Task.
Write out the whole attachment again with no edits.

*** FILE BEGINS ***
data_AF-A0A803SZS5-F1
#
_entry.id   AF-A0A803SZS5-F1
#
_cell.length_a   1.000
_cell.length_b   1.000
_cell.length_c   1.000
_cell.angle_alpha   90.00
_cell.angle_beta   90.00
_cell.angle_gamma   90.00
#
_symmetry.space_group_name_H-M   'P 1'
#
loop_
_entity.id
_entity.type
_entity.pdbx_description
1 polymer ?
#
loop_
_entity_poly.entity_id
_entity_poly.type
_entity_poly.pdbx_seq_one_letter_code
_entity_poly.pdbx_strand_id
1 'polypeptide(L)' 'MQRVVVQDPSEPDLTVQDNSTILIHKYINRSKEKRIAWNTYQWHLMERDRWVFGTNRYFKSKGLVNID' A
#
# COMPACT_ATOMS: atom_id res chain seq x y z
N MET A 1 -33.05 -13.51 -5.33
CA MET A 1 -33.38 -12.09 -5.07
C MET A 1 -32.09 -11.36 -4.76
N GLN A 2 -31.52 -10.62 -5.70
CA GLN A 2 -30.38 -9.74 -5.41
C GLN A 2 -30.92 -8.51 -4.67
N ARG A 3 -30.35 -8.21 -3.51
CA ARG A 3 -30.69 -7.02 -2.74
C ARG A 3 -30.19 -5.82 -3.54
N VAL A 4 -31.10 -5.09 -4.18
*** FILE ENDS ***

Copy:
data_AF-A0A803SZS5-F1
#
_entry.id   AF-A0A803SZS5-F1
#
_cell.length_a   1.000
_cell.length_b   1.000
_cell.length_c   1.000
_cell.angle_alpha   90.00
_cell.angle_beta   90.00
_cell.angle_gamma   90.00
#
_symmetry.space_group_name_H-M   'P 1'
#
loop_
_entity.id
_entity.type
_entity.pdbx_description
1 polymer ?
#
loop_
_entity_poly.entity_id
_entity_poly.type
_entity_poly.pdbx_seq_one_letter_code
_entity_poly.pdbx_strand_id
1 'polypeptide(L)' 'MQRVVVQDPSEPDLTVQDNSTILIHKYINRSKEKRIAWNTYQWHLMERDRWVFGTNRYFKSKGLVNID' A
#
# COMPACT_ATOMS: atom_id res chain seq x y z
N MET A 1 -33.05 -13.51 -5.33
CA MET A 1 -33.38 -12.09 -5.07
C MET A 1 -32.09 -11.36 -4.76
N GLN A 2 -31.52 -10.62 -5.70
CA GLN A 2 -30.38 -9.74 -5.41
C GLN A 2 -30.92 -8.51 -4.67
N ARG A 3 -30.35 -8.21 -3.51
CA ARG A 3 -30.69 -7.02 -2.74
C ARG A 3 -30.19 -5.82 -3.54
N VAL A 4 -31.10 -5.09 -4.18